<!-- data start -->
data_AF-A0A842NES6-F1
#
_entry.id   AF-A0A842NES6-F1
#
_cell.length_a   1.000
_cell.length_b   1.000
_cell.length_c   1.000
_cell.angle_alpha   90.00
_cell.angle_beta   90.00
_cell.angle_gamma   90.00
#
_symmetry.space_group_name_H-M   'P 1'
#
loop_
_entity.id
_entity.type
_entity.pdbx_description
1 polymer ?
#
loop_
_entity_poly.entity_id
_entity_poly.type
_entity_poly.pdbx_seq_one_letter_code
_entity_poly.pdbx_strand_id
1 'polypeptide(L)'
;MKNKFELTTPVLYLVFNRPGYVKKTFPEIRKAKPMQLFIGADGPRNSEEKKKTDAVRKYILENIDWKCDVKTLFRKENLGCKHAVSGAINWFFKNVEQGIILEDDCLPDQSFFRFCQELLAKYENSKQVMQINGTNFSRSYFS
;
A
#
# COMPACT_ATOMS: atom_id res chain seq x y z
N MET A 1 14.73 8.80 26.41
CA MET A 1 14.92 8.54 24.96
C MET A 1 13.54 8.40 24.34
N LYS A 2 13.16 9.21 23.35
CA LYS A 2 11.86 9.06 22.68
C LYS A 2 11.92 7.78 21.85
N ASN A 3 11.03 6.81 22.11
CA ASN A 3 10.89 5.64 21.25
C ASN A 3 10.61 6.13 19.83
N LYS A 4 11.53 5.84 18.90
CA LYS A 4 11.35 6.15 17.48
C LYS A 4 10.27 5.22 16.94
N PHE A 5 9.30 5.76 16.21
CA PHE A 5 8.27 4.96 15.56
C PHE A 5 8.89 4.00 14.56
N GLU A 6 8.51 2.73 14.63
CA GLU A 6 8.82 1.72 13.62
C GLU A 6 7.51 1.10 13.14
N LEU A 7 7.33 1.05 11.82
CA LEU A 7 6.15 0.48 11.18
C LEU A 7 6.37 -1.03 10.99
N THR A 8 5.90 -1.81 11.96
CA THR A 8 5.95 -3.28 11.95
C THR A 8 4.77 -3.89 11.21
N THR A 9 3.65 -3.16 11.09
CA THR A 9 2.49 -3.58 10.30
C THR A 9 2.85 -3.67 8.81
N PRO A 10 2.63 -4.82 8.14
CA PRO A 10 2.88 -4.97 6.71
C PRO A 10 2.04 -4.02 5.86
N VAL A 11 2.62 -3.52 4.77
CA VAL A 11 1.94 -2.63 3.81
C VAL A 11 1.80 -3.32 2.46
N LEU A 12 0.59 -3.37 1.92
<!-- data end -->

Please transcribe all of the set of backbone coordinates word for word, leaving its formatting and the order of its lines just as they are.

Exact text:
data_AF-A0A842NES6-F1
#
_entry.id   AF-A0A842NES6-F1
#
_cell.length_a   1.000
_cell.length_b   1.000
_cell.length_c   1.000
_cell.angle_alpha   90.00
_cell.angle_beta   90.00
_cell.angle_gamma   90.00
#
_symmetry.space_group_name_H-M   'P 1'
#
loop_
_entity.id
_entity.type
_entity.pdbx_description
1 polymer ?
#
loop_
_entity_poly.entity_id
_entity_poly.type
_entity_poly.pdbx_seq_one_letter_code
_entity_poly.pdbx_strand_id
1 'polypeptide(L)'
;MKNKFELTTPVLYLVFNRPGYVKKTFPEIRKAKPMQLFIGADGPRNSEEKKKTDAVRKYILENIDWKCDVKTLFRKENLGCKHAVSGAINWFFKNVEQGIILEDDCLPDQSFFRFCQELLAKYENSKQVMQINGTNFSRSYFS
;
A
#
# COMPACT_ATOMS: atom_id res chain seq x y z
N MET A 1 14.73 8.80 26.41
CA MET A 1 14.92 8.54 24.96
C MET A 1 13.54 8.40 24.34
N LYS A 2 13.16 9.21 23.35
CA LYS A 2 11.86 9.06 22.68
C LYS A 2 11.92 7.78 21.85
N ASN A 3 11.03 6.81 22.11
CA ASN A 3 10.89 5.64 21.25
C ASN A 3 10.61 6.13 19.83
N LYS A 4 11.53 5.84 18.90
CA LYS A 4 11.35 6.15 17.48
C LYS A 4 10.27 5.22 16.94
N PHE A 5 9.30 5.76 16.21
CA PHE A 5 8.27 4.96 15.56
C PHE A 5 8.89 4.00 14.56
N GLU A 6 8.51 2.73 14.63
CA GLU A 6 8.82 1.72 13.62
C GLU A 6 7.51 1.10 13.14
N LEU A 7 7.33 1.05 11.82
CA LEU A 7 6.15 0.48 11.18
C LEU A 7 6.37 -1.03 10.99
N THR A 8 5.90 -1.81 11.96
CA THR A 8 5.95 -3.28 11.95
C THR A 8 4.77 -3.89 11.21
N THR A 9 3.65 -3.16 11.09
CA THR A 9 2.49 -3.58 10.30
C THR A 9 2.85 -3.67 8.81
N PRO A 10 2.63 -4.82 8.14
CA PRO A 10 2.88 -4.97 6.71
C PRO A 10 2.04 -4.02 5.86
N VAL A 11 2.62 -3.52 4.77
CA VAL A 11 1.94 -2.63 3.81
C VAL A 11 1.80 -3.32 2.46
N LEU A 12 0.59 -3.37 1.92